Explore the ancient oaks and wild heathland of Sherwood Forest and you will encounter some wonderfully atmospheric scenery. Local photographer Chris Dale has wandered these woodlands throughout the seasons, veering off the beaten track to capture the beauty of this spectacular area with his lens. His latest book Sherwood, presents the magic of the forest like you've never seen before, with dreamy landscapes and detail that draws the viewer deep into the images. We got in touch for a chat to find out why this area captured Chris's eye and how he caught such an ethereal side of the forest.


How did you come to choose Sherwood Forest as the prime focus for your book? – Do you have a favourite aspect of Sherwood?

It wasn’t a conscious decision at the beginning, I decided it was somewhere worth exploring and first visited with the camera on a frosty morning just after Christmas 2016, when I took a set of photos that are still some of my favourites. It started becoming a regular place to take photographs and after a couple of months I set myself the target of it being a yearlong project. The book didn’t cross my mind at first, but after the initial images getting a good reception online I approached a small photobook publisher towards the end of the project.

I love the variety that there is around Sherwood, from open heath to ancient woodland and it’s big enough to spend hours walking around and not even scratching the surface. There was one part of the Budby South heath which became a favourite as it was almost guaranteed to be frosty and misty there when the conditions were right.

Is there anywhere else in the county you enjoy exploring?

I live in Calverton so focus on North Nottinghamshire, I don’t think you need a dramatic landscape to take good photos so I’ve tried to make the most of things, like the local golf course. There’s loads of small woods to explore nearby like Watchwood around the old Calverton colliery spoil heap and Blidworth Woods, I’ve also taken a lot of photos in the countryside around Oxton and Woodborough.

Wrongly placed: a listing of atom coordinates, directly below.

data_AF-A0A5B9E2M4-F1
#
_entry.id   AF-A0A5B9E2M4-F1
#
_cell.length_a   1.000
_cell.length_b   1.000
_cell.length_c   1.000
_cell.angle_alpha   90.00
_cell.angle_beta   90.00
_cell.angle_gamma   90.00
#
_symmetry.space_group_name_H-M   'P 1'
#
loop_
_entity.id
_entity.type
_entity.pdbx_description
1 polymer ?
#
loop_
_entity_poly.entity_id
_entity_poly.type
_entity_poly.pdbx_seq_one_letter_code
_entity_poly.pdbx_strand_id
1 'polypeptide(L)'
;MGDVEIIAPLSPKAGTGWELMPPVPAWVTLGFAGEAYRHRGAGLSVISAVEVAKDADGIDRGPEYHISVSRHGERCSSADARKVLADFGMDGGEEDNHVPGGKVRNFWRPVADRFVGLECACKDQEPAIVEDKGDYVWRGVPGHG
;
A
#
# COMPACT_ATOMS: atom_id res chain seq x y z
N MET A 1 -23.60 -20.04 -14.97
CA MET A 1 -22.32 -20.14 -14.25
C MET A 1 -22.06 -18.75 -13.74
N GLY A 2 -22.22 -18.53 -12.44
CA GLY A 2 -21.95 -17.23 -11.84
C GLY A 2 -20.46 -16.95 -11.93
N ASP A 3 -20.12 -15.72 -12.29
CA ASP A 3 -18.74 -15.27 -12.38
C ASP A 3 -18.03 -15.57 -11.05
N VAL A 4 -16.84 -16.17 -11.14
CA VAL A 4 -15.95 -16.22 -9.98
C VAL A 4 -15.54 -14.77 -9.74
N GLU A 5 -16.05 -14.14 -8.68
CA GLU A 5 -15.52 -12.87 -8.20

You’ve visited Sherwood Forest in all seasons, which is your favourite to shoot in?

When everything comes together I think Winter can produce the most magical conditions, but there’s something to shoot throughout most of the year. Mid-Summer is the worst time of year for me and I often have a bit of a break from photography, sunrise is far too early and everything is a bit too green in the forests. The clear blue skies that are so good for a day out with the family just don’t tend to make compelling photographs.
 


When you set out for a photography walk, how does a typical day go?

It normally starts the evening before checking 3 different weather apps to see if it’s worth going out or not! Almost all of my Sherwood images are taken early in the morning and to fit around family life I do a lot of it before work, which often means a 5am alarm so I can be at my chosen location before dawn. You’ve got to get there early for the best light and to catch things like mist or frost before they burn off.

I usually have a good idea which part of the forest I want to visit but I’ll have my eyes peeled the whole time for anything that catches my eye so often end up going off in a different direction and happy to just aimlessly wander around looking for a good composition. Usually I take a while to settle into seeing the potential so the first few photos aren’t any good, but it helps to just keep shooting away until it starts to click, it will normally end up being around a 5 mile walk over 2 hours or so. Thankfully my work are fairly flexible and used to me turning up a bit later with muddy walking boots on if it’s a good morning!

Do you have any tips to share on taking wonderful images?

I think you have to look for something that people won’t see every day to make the image stand out and you need to be interested in what you’re shooting, passion for the subject matter will shine through in the final images. I tend to try and look closely, focus in on small areas that interest me instead of taking a wider view, this means using a longer zoom lens but I don’t think you need fancy expensive kit to take a good photograph. A big part of it is being at the right place at the right time so nothing beats just getting out with the camera as often as you can, revisiting local areas to get familiar with the opportunities there and developing your skills.

Many thanks to Chris Dale. Find more of his work at his website www.chrismdale.co.uk. His book Sherwood is available to buy here.

This blog was written by Sophie Gargett, Marketing Assistant at Visit Nottinghamshire.

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